March 2023 monthly meeting.

March 15, 2023

Twent-six members came to Walter Murray High School for our March meeting.

Visiting and drooling over Paul Schroeder’s cored bowls occupied the interval before the meeting started.

Steve started the meeting and everyone introduced themselves. Jim Beebe presented the demo schedule and encouraged members to submit requests for future demos.

Randy Sawchyn presented a very interesting demo on using paint on turnings.

A big thanks to Peter Downing for sending in these notes on the demo.

Over the course of a few weeks, Randy Sawchyn, Steve Penn, Gary von Kuster and Mark Noete have been experimenting with different methods of creating interesting, vibrant, and unique finishes to their turned projects.

Tonight, Randy did a presentation using Josonja™ matte flow acrylic paints using the Iridescent Colours Specialty colour set.  This kit contains 6 small bottles of blue, gold, green, red, turquoise, and violet 20ml bottles.

Apparently, the iridescence is achieved with small mica particles in the paint which causes a wonderful vibrance to the finish and causes colour changes to the surface when viewed from different angles.

Golden Interference and Golden Iridescent paints were also discussed as alternate choices for a colour medium to achieve similar results.

Randy asserted the need for a ‘flow medium’ to allow the paint to spread smoothly and evenly.  His brand of choice was Floetrol® which can be purchased at RONA, Home Depot, or of course Amazon…(however when I checked, it was cheaper to purchase it locally).

Wood preparation can be done in several ways.  Black or white gesso is an option, but in tonight’s demo, Randy simply used matte black spray paint.  Once dry he suggested a superior finish could be achieved by adding a coat of gloss lacquer.

Because all the paint products (Josonja™ and Golden) come out of their tubes as a white acrylic paste, he strongly suggested that small containers be labeled with the colour of the medium being used in order as not to confuse which colour was which.  He suggested paper cups, in my case when I use paint I use single serve yogurt containers.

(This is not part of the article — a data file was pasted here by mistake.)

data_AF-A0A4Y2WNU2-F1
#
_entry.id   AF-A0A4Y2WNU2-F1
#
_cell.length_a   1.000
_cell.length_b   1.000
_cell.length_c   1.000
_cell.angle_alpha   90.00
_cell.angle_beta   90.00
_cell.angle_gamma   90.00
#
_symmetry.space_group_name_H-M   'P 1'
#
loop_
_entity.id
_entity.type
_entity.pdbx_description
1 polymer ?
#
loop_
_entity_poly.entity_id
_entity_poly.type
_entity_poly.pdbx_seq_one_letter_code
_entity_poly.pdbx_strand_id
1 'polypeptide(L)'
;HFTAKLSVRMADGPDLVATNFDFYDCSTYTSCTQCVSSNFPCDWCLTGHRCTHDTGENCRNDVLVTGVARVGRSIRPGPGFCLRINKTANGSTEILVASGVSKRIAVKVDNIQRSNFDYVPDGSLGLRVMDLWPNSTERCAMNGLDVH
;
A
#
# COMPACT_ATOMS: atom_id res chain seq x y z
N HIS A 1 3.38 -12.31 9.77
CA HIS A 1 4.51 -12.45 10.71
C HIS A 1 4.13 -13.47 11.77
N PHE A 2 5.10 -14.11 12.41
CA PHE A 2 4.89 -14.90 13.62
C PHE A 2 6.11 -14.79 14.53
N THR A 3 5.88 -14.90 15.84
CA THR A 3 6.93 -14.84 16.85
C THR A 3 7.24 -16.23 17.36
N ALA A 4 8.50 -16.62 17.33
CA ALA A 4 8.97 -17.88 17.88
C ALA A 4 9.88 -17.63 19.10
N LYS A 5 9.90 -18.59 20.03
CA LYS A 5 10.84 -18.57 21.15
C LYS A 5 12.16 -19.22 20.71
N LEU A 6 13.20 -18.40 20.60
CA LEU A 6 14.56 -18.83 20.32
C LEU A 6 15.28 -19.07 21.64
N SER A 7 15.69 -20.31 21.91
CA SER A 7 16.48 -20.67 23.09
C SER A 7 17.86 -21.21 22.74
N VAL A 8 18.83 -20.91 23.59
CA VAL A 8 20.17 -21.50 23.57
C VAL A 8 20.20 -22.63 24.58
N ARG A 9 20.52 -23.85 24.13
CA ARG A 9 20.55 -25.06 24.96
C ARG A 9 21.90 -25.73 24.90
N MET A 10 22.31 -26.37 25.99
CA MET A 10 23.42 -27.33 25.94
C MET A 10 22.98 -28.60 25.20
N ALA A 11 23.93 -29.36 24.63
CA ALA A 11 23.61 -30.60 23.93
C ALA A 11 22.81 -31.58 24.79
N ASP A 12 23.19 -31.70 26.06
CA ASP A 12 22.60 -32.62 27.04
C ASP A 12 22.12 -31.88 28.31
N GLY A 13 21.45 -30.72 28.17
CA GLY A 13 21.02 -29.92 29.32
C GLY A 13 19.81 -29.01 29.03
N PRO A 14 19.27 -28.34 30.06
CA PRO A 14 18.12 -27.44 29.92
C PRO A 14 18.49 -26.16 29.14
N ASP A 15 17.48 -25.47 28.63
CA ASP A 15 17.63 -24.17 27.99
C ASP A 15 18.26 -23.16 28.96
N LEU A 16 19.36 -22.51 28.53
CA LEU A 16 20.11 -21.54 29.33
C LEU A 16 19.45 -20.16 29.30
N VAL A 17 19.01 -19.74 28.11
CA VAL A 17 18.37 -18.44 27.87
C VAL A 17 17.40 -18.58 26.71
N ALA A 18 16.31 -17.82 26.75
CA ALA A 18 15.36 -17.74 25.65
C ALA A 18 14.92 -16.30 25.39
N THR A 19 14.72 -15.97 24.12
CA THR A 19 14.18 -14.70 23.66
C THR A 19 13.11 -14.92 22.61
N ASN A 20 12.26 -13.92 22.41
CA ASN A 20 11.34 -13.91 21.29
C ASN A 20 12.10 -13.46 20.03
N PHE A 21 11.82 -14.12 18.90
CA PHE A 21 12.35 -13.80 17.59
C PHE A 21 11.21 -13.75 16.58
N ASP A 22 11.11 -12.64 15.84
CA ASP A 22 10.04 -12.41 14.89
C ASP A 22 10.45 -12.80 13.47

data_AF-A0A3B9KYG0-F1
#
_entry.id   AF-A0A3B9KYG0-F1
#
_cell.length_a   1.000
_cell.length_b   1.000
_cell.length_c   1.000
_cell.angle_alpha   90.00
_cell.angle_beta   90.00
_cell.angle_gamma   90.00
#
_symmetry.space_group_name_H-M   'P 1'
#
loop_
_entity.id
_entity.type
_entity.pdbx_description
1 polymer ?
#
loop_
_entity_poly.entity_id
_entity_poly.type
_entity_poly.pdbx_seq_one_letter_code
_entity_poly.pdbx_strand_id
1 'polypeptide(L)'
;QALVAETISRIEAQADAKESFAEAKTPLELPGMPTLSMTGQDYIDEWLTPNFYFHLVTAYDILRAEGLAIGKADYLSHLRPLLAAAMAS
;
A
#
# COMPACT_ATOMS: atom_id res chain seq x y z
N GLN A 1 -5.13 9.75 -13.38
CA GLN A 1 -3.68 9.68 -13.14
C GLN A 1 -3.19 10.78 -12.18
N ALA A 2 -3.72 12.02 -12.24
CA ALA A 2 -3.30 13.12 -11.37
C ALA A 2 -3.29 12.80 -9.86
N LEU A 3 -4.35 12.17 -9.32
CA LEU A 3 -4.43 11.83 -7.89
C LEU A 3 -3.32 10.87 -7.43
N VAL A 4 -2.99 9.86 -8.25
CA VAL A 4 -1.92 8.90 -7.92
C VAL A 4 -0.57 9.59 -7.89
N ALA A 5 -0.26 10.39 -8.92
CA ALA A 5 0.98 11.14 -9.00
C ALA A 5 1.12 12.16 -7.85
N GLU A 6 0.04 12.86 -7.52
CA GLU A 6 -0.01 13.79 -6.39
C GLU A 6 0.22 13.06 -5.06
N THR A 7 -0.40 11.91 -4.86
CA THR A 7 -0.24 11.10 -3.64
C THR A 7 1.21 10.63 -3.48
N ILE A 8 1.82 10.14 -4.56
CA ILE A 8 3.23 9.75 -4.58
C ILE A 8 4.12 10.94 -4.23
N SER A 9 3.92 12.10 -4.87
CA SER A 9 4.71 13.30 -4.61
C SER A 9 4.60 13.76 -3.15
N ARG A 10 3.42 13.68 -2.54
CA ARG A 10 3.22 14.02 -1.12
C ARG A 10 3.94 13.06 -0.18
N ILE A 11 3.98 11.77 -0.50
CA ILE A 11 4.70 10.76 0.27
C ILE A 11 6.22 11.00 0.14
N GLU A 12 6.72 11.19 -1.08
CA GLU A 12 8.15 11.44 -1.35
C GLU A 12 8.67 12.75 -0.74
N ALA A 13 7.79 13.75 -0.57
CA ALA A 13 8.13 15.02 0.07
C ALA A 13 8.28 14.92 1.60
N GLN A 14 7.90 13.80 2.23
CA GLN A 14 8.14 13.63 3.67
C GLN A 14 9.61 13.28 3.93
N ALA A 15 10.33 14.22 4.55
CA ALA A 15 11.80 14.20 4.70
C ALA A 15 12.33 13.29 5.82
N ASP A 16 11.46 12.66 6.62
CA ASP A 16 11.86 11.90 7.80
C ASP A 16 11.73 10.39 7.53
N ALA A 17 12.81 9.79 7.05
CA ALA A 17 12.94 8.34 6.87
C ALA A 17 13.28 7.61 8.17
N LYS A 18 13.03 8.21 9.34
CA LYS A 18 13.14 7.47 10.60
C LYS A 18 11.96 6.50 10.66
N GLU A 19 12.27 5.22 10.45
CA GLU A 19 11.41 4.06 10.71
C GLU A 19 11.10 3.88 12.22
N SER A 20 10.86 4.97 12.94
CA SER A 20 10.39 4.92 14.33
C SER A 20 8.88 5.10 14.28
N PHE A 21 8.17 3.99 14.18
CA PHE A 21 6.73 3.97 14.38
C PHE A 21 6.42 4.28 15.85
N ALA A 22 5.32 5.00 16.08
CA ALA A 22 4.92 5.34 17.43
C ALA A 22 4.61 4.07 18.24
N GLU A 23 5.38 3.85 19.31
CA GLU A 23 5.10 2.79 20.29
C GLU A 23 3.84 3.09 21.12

Using liberal amounts of different colours Randy spread random sweeps of the paint to a pre-prepared wood surface.  Then, using a piece of cling wrap he laid it over the top of the painted surface and proceeded to press, smear, twist, and have what appeared to be a great deal of fun mixing the different paints on the plate surface.  (So, if you want to pretend you are finger painting in kindergarten again, without getting paint on your hands; this may be a technique for you!)

Once this manipulation was done, he simply removed the cling wrap, and used a heat gun to do some preliminary drying.  If the paint is too thin, he warned that the heat gun may move some of the medium.  If you aren’t pleased with the results, simply repeat the procedure again, building up layers.

The trick of the night was our question on how he got his paint edges so accurate on the top without interfering with the bowl…turns out he turns the centre out after finishing his painting…sneaky (but smart!)

All and all a very satisfying, fun, and unique demonstration! 

Peter Downing.


Randy also showed how he uses string soaked in paint to create some flower and feather shapes. Here is a short video on his technique. It was very difficult to explain using still photos so I hope this makes the process easier to understand.


Show and Tell was next.

Bill Vanderloose told us about his time down south and showed a Mesquite bowl he turned.

Edwin Cook brought a Flowering Crab Chalise and a spalted Birch Candle holder designed to hold either a small votive or an upright candle.

Brian Guillemin brought a Poplar bowl with a bark inclusion, a Cheery jar with a Walnut lid and a spalted Maple server in honour of π day.

Kody Kammer brought two natural edge Pine bowls finished with Tung Oil.

Mel Genge brought a small Maple bowl and a sea urchin (caught when Mel was home in Newfoundland.

Randy Sawchyn brought two pierced pieces. One a bowl and one a wine glass.

Mark Noete brought two lidded boxes and a bowl with a coloured top.

Jim Beebe brought a spalted Birch bowl and two grinders made for Bill Vanderloouse.

Gary von Kuster turned and carved a platter with references to a moon landing.


Duncan Birch our treasurer managed the door prize draw.

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